3D Rating: NA
Shout! Factory’s transfer of The Leopard Man is very good. Not quite as good as their transfer of The Body Snatcher, but close. It doesn’t say it on the case of the disc, but it too is a 4K scan of the original nitrate negative according to promotional information. Robert DeGrasse’s (Stage Door, The Body Snatcher, and The Dick Van Dyke Show) photography is simply stunning with its smooth grays and deep shadows making the most of Art Directors Albert S. D’Agostino and Walter E. Keller’s wonderful sets. The film takes place in a set bound Albuquerque that is more atmospheric than the real place.
The DTS-HD Master 2.0 mono soundtrack is very good. As I wrote above, the film is edited in such way that silence is used as effectively as sound. Those castanets are haunting. The disc includes subtitles.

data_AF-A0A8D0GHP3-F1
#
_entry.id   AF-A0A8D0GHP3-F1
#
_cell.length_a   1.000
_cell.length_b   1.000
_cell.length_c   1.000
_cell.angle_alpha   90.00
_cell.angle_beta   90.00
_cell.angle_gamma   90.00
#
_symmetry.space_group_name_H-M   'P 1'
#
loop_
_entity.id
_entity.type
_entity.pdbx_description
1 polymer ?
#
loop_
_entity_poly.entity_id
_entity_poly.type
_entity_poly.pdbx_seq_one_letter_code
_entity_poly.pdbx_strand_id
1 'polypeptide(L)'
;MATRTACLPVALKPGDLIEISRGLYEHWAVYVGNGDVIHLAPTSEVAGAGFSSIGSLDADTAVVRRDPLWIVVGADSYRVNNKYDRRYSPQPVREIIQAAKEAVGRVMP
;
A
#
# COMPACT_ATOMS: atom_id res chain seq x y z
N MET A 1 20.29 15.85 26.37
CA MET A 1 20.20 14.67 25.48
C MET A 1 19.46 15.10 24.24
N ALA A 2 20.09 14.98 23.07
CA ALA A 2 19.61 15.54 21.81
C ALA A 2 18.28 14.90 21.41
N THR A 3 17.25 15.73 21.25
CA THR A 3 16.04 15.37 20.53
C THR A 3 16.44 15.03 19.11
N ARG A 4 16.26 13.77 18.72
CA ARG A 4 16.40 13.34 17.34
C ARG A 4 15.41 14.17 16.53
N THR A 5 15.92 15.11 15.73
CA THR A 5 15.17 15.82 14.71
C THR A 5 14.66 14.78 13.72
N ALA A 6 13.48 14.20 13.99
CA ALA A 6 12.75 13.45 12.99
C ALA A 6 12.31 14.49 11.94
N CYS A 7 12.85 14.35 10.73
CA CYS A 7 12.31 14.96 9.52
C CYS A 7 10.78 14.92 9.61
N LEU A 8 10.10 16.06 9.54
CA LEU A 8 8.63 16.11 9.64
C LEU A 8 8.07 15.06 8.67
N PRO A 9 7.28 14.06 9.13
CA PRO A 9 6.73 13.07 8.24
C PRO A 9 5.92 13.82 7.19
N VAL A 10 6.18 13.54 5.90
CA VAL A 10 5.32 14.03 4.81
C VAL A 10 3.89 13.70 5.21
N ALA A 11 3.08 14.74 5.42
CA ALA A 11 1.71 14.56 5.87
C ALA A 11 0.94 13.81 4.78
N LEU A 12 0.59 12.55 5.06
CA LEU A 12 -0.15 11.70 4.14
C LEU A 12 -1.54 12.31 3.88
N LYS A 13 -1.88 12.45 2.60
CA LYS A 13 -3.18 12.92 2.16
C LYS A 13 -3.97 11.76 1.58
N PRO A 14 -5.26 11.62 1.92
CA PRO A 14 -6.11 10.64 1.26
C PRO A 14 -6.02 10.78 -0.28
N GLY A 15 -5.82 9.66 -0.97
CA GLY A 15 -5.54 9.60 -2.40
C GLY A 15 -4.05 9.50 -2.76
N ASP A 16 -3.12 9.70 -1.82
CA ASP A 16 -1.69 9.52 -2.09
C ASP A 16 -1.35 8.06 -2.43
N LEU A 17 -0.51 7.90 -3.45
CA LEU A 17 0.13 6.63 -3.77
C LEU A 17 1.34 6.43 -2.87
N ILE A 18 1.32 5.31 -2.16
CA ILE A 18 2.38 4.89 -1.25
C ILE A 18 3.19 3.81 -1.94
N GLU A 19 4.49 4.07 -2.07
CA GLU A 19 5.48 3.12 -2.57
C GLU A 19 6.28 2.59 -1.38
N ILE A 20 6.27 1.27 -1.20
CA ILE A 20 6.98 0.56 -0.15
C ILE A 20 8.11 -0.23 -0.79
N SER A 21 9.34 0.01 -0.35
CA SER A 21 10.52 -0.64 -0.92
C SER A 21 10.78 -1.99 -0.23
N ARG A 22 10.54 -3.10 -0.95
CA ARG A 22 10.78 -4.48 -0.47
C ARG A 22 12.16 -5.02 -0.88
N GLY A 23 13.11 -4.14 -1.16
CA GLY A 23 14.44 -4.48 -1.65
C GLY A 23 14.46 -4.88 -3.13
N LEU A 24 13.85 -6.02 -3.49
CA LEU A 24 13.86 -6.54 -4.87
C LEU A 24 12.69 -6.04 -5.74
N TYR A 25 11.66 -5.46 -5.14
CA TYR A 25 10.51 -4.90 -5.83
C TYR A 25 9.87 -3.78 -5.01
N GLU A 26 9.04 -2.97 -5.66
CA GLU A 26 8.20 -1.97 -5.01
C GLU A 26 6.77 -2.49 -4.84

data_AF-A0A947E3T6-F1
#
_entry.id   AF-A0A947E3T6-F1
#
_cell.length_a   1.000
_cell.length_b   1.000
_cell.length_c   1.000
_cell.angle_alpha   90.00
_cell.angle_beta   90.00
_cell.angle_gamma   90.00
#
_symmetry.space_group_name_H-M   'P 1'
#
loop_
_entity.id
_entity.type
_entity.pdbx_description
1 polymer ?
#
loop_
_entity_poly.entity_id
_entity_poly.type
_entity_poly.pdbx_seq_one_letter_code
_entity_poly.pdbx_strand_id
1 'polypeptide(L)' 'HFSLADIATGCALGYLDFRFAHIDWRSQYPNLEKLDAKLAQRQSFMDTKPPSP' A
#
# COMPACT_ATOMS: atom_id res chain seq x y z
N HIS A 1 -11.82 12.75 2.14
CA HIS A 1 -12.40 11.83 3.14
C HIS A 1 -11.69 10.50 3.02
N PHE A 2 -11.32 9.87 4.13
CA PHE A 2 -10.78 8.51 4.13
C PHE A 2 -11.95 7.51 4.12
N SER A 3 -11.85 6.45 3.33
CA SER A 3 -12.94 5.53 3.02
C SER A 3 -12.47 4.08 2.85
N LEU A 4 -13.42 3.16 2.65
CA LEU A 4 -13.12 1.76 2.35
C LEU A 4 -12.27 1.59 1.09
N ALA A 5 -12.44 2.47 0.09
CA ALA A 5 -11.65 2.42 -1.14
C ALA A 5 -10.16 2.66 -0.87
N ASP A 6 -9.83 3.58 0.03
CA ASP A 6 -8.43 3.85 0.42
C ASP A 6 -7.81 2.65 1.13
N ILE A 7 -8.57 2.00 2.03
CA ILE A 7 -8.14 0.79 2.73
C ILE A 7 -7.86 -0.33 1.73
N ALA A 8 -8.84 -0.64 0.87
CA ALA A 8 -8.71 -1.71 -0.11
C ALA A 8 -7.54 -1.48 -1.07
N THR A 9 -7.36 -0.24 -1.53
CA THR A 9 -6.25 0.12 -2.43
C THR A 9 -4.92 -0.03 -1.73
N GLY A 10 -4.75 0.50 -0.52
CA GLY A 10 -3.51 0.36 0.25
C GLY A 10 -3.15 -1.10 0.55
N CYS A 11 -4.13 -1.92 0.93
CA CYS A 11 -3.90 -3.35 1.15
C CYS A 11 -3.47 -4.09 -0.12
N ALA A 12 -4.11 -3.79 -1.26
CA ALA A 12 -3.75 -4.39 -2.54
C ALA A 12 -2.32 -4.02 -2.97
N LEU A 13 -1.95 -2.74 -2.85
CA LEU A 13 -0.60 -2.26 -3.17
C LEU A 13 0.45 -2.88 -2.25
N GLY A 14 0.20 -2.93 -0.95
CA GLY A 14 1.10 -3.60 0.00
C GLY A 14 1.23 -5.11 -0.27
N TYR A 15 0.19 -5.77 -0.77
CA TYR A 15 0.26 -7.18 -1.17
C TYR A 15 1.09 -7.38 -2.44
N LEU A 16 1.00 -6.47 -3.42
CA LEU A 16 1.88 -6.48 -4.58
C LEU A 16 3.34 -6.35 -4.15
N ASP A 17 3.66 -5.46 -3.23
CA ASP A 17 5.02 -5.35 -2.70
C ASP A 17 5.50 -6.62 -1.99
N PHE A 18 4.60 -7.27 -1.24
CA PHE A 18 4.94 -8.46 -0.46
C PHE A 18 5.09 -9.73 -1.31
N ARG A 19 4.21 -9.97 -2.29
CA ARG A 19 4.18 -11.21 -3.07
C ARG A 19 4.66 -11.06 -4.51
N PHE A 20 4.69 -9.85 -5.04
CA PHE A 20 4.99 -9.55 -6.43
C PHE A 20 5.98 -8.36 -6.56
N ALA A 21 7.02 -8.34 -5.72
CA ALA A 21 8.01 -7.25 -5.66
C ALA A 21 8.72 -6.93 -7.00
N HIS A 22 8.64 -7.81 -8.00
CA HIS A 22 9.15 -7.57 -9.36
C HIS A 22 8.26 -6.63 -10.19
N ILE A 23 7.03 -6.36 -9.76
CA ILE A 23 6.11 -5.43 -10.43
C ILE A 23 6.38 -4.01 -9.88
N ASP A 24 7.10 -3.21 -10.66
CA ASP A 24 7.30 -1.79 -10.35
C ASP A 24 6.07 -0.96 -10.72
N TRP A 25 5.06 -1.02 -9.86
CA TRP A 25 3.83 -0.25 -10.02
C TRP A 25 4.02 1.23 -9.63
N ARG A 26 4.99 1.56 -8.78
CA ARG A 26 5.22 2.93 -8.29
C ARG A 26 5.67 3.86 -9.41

Special Features: 3.5/5
The extras include:
A new audio commentary by filmmaker/film historian Constantine Nasr. This was a very informative commentary filled with production details and insights. Nasr states that Cornell Woolrich’s Black Alibi was the book Lewton took along with him when he interviewed with RKO executives and intended it to be his unit’s first production. I actually prefer Nasr’s commentaries without Steve Haberman.
An older commentary ported over from the old Warners’ DVD with director William Friedkin. This was a major surprise because I was expecting something entirely different but Friedkin gives a masterful analysis of the script. It’s a disciplined commentary that pretty much sticks to the contents of the script. It too is very insightful.